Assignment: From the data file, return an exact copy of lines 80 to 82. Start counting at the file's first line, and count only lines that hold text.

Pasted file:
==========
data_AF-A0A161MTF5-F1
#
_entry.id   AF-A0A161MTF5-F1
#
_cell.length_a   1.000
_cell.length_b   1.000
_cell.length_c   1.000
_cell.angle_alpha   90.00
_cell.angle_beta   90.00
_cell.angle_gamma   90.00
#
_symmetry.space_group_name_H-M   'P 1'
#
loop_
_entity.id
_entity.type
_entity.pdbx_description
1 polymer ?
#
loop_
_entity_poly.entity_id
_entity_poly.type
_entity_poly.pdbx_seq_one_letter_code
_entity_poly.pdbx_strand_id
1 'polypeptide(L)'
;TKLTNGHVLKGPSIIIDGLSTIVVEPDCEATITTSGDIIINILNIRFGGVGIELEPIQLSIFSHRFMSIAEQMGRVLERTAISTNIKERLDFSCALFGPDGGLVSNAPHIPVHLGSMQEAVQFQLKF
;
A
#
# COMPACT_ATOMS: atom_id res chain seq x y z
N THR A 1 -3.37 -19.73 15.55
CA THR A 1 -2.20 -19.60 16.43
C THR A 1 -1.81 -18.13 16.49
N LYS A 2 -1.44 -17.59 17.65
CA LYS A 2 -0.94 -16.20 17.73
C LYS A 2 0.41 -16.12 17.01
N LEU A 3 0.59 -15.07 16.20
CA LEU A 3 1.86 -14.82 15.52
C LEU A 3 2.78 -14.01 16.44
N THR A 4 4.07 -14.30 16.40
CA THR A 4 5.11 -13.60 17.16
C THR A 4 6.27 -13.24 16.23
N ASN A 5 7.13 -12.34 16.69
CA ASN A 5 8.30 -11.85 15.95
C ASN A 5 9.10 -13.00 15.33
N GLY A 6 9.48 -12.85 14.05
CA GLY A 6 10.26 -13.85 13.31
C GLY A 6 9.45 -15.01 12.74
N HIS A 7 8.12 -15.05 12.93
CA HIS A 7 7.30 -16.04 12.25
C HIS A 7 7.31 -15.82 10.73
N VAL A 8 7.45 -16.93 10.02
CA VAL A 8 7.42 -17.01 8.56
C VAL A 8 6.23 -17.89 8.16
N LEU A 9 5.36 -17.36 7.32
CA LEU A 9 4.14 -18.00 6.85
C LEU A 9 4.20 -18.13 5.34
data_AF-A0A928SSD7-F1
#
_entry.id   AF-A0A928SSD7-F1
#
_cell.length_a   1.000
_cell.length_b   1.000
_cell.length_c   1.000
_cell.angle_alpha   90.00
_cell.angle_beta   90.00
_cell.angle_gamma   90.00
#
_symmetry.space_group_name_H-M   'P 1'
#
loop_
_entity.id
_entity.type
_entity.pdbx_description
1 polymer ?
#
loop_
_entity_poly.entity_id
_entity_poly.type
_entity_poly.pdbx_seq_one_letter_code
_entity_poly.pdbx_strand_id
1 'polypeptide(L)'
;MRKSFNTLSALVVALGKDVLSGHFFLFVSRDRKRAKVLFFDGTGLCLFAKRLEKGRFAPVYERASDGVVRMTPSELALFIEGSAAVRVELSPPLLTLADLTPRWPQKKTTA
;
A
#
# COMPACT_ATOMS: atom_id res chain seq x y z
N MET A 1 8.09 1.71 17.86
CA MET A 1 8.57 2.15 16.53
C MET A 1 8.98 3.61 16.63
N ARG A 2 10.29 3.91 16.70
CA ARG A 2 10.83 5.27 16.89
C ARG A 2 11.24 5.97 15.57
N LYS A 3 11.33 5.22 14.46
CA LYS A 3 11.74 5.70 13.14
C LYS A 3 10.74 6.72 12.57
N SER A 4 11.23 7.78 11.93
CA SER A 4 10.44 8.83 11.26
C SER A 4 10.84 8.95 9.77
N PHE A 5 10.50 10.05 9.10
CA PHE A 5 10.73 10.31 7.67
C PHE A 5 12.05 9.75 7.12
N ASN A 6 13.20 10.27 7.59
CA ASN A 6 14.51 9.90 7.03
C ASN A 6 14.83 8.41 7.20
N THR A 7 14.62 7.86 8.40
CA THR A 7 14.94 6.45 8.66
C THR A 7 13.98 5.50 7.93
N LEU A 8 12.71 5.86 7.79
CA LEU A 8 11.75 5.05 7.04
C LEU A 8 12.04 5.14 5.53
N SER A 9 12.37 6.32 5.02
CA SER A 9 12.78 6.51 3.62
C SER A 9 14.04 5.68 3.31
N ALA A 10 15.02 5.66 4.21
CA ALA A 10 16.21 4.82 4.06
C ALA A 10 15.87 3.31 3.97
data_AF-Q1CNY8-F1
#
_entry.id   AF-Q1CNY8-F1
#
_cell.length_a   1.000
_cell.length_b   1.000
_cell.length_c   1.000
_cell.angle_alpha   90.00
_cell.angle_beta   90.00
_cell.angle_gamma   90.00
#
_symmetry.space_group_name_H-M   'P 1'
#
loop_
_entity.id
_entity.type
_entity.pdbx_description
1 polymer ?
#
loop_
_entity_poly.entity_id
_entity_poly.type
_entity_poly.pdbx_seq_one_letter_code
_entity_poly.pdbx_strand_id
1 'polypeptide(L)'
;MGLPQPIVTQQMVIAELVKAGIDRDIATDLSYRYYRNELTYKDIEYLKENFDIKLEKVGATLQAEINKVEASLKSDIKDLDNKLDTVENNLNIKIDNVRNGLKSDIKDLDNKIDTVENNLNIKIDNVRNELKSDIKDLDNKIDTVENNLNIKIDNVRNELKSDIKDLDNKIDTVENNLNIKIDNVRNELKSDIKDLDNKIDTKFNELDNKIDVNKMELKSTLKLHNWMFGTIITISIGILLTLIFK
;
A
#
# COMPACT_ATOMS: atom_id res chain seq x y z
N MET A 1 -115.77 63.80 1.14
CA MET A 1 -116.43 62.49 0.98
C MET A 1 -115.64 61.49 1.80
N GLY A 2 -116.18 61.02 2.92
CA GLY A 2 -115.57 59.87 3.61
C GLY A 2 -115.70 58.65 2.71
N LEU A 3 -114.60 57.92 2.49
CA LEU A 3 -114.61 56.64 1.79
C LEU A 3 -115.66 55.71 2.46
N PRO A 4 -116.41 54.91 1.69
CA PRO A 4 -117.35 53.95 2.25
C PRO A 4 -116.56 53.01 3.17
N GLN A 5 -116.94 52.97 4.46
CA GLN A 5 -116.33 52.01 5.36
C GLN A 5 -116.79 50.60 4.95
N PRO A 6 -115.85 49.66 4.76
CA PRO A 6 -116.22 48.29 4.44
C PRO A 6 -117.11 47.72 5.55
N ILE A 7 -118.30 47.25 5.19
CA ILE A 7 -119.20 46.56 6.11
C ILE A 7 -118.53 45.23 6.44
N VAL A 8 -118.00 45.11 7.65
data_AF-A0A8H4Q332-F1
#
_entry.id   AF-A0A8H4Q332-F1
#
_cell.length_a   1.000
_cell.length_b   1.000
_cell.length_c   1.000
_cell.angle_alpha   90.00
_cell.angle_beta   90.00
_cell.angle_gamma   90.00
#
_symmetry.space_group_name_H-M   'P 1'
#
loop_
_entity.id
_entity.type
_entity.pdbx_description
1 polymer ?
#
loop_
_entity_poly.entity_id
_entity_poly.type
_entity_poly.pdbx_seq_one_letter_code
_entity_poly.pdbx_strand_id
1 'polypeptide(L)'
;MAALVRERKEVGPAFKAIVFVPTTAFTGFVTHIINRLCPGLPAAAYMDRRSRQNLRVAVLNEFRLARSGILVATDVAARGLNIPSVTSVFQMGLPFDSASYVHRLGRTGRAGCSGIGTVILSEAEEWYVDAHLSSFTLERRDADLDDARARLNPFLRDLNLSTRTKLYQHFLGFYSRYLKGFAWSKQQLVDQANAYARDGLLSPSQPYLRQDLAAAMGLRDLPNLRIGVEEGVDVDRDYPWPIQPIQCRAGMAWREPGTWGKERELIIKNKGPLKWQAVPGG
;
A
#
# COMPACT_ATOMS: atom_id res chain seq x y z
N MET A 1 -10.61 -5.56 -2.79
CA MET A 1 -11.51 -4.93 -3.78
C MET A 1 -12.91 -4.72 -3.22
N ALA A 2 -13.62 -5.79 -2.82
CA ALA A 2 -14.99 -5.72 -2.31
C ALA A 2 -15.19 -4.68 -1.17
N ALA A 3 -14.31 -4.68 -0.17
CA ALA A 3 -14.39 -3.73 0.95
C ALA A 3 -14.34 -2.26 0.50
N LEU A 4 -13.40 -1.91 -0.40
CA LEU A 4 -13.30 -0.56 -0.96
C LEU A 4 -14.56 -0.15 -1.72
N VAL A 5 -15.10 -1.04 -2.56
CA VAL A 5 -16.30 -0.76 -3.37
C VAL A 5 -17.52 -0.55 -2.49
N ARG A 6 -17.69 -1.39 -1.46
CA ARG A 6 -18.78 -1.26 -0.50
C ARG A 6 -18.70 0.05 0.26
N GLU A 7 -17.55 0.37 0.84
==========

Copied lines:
_entity_poly.pdbx_seq_one_letter_code
_entity_poly.pdbx_strand_id
1 'polypeptide(L)'